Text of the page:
Valletta, the capital of Malta, was named Europe's Capital of Culture in 2018. Located between Italy and Tunisia, Malta exists at a crossroads that makes for a fascinating history. Within a 20-minute bus ride, you'll feel like you've journeyed from ancient Greece to the Middle East and back. With the country being added to more cruise ship itineraries, you'll want to hurry and get there before Valletta becomes as packed and overwhelmed as Venice.
BANFF, ALBERTA, CANADA
Few destinations have the year-round appeal of Banff, located in Alberta, in the Canadian Rockies. Though Banff National Park welcomes four million visitors each year, it never really feels over-crowded, save perhaps for the peak months of July and August. The Fairmont Banff Springs is a national historic site, and resembles a medieval castle right out of a Disney film. It's an ideal and luxurious base from which to experience the best of Banff. The Northern Lights are on display much of the year, but between February and April, the breathtaking Aurora Borealis colors are at their most vibrant.
Spurred by the upcoming 2020 Tokyo Summer Olympics, a series of new and improved hotels have emerged in the mountains around the city. If the impeccably groomed ski slopes of the Hakuba Valley aren't enough of a draw, there's the history, culture and relaxing hot springs of the all-natural Nagano area, or the beautifully preserved 17th-century Matsumoto Castle. Wildlife lovers will not want to miss a visit to the famous Jigokudani Wild Monkey Park, next to Yudanaka Shibu Onsen village, where red-faced macaques thaw out in hot springs under a blanket of snow.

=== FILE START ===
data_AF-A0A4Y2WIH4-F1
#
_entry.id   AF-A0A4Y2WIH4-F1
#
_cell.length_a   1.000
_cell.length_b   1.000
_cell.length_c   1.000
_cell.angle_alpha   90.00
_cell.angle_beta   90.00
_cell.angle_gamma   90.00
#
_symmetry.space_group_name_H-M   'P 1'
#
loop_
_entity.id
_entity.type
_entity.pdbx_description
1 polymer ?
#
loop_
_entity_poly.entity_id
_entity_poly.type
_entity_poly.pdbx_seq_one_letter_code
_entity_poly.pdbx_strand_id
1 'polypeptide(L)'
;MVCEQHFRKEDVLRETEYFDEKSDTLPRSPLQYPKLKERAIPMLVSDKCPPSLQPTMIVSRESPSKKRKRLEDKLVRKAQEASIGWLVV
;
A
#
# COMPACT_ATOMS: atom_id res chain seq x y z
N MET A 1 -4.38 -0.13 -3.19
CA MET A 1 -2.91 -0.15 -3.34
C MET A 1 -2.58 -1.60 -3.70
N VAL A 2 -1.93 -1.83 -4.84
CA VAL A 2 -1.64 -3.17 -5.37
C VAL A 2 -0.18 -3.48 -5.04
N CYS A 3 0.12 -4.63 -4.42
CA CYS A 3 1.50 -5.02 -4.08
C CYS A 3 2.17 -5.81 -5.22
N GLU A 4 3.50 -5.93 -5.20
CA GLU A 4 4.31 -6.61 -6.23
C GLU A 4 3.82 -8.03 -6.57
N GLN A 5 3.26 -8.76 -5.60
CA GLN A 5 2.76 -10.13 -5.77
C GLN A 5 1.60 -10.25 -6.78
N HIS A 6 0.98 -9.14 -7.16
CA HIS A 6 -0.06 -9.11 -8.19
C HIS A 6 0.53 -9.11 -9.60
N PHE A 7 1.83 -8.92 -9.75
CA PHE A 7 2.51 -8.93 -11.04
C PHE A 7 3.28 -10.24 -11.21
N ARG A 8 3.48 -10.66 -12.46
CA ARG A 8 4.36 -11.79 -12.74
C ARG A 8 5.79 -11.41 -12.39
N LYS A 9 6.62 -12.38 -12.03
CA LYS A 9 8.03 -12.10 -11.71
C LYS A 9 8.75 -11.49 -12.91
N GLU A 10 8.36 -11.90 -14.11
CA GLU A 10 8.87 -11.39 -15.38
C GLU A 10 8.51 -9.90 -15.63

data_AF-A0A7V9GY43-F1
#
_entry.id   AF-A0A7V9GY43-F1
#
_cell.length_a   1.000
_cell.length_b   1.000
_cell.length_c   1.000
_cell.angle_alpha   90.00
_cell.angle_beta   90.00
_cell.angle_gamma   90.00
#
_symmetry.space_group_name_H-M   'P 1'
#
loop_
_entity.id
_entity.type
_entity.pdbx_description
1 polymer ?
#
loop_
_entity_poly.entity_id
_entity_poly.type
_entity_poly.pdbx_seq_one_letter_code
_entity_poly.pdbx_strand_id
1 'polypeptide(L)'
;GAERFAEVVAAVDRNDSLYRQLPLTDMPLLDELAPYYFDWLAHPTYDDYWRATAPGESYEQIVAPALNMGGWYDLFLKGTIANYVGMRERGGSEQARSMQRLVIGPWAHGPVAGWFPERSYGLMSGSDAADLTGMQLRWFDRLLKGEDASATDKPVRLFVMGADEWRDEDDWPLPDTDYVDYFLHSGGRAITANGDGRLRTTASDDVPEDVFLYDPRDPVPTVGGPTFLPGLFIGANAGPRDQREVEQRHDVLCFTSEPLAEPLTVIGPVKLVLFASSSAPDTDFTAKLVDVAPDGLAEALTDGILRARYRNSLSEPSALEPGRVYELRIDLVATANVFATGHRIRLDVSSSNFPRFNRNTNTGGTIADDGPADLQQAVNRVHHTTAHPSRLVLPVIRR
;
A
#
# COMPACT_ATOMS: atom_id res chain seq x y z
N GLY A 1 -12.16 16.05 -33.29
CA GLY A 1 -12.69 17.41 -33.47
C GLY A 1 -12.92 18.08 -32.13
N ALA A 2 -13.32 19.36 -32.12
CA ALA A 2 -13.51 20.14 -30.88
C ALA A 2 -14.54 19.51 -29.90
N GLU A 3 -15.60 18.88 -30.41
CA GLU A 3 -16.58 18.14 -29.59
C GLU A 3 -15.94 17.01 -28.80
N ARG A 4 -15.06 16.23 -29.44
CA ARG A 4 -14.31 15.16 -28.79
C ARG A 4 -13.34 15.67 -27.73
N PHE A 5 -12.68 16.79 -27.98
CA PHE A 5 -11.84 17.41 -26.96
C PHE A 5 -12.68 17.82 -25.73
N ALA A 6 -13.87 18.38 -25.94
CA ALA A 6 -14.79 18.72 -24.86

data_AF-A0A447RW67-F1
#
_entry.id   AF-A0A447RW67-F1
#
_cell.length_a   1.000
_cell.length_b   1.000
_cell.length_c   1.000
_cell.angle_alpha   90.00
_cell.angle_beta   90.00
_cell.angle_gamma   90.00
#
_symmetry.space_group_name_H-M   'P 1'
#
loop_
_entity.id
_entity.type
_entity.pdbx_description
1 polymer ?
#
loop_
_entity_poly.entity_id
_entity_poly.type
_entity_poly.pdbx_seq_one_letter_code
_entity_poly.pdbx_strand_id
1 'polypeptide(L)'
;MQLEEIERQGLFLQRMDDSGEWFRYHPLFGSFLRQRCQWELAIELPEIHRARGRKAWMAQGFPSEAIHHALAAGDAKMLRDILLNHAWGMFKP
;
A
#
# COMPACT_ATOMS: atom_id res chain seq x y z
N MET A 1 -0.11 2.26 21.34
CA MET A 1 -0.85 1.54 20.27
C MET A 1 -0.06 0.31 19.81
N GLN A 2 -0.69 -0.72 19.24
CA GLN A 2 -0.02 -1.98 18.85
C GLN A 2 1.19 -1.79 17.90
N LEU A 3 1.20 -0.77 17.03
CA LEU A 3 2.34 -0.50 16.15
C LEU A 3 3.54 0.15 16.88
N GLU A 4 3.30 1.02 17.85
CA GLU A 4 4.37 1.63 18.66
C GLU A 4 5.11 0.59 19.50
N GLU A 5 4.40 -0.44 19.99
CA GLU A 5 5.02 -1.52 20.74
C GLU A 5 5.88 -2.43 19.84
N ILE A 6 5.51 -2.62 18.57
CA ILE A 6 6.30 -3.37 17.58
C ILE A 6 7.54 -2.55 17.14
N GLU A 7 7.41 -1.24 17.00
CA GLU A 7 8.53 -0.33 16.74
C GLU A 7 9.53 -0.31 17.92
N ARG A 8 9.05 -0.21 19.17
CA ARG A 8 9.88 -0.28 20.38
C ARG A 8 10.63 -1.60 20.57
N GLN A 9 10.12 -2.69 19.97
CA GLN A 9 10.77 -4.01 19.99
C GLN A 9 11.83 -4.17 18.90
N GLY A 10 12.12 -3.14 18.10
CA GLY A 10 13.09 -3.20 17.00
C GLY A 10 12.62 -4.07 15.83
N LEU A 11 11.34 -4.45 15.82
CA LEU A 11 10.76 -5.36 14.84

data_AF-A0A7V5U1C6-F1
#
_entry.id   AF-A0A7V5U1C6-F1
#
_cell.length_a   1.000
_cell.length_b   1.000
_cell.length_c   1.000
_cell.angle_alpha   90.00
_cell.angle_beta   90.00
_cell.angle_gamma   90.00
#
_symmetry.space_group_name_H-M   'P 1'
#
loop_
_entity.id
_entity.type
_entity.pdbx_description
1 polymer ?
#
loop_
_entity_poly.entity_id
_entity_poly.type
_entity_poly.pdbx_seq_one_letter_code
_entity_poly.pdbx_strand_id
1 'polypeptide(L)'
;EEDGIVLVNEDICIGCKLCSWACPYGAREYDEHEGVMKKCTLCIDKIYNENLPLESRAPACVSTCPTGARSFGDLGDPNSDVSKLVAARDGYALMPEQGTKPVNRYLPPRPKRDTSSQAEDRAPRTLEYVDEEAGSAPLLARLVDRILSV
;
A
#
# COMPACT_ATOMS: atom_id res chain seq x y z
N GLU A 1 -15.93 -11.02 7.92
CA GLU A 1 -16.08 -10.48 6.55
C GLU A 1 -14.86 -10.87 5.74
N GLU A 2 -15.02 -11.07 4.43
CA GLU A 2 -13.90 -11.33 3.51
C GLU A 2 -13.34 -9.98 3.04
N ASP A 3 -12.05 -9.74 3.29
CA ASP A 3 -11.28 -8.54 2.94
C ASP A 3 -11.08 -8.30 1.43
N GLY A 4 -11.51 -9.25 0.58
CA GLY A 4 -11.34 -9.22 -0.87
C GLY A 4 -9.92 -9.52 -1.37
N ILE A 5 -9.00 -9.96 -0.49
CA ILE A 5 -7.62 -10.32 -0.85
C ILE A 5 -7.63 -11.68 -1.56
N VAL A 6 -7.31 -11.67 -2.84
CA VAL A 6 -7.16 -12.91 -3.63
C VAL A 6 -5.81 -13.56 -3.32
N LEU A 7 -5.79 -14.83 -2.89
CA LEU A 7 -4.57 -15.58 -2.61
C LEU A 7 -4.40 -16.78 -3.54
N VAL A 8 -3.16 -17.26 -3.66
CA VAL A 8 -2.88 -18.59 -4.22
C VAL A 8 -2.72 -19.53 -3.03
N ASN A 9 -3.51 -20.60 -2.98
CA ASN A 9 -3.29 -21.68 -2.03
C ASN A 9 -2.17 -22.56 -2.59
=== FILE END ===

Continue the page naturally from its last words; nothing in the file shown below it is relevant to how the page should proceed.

HERAKLION, CRETE, GREECE
Heraklion, the Cretan capital, was Europe's fastest-growing tourism destination of 2017. Those visitors are coming to Greece's largest, most diverse island to enjoy 3,000 square miles of mountains, valleys and sandy shores lapped by the Aegean and Libyan seas. For history buffs, there are the archaeological treasures left by the Minoans, Europe's oldest civilization, who flourished here in 2,600 BCE. Heraklion's Archaeological Museum is a useful primer before visiting the sprawling Palace of Knossos, once home to 100,000 people and the mythical half-man half-bull Minotaur. Diving trips in the clear, warm waters allow guests to view underwater canyons, World War II wrecks and a rich variety of marine life. The most celebrated beach is Elafonisi on the southwest coast, renowned for its delicately hued pink coral sand.
Left in the shadow of its neighbours, Belize is one of the least visited countries in the world. Despite a tiny population of 375,000 (compared to Costa Rica’s 4,950,000), this country has some colossal appeal. The low population and absence of mass tourism has given Belize the time and space to develop on its own terms – the country is a bastion of ancient Mayan temples, thriving rainforests, pristine beaches and preserved coral reefs. English is the nation’s official language, making immersive travel easy – but a multitude of diverse, fascinating cultures call Belize home.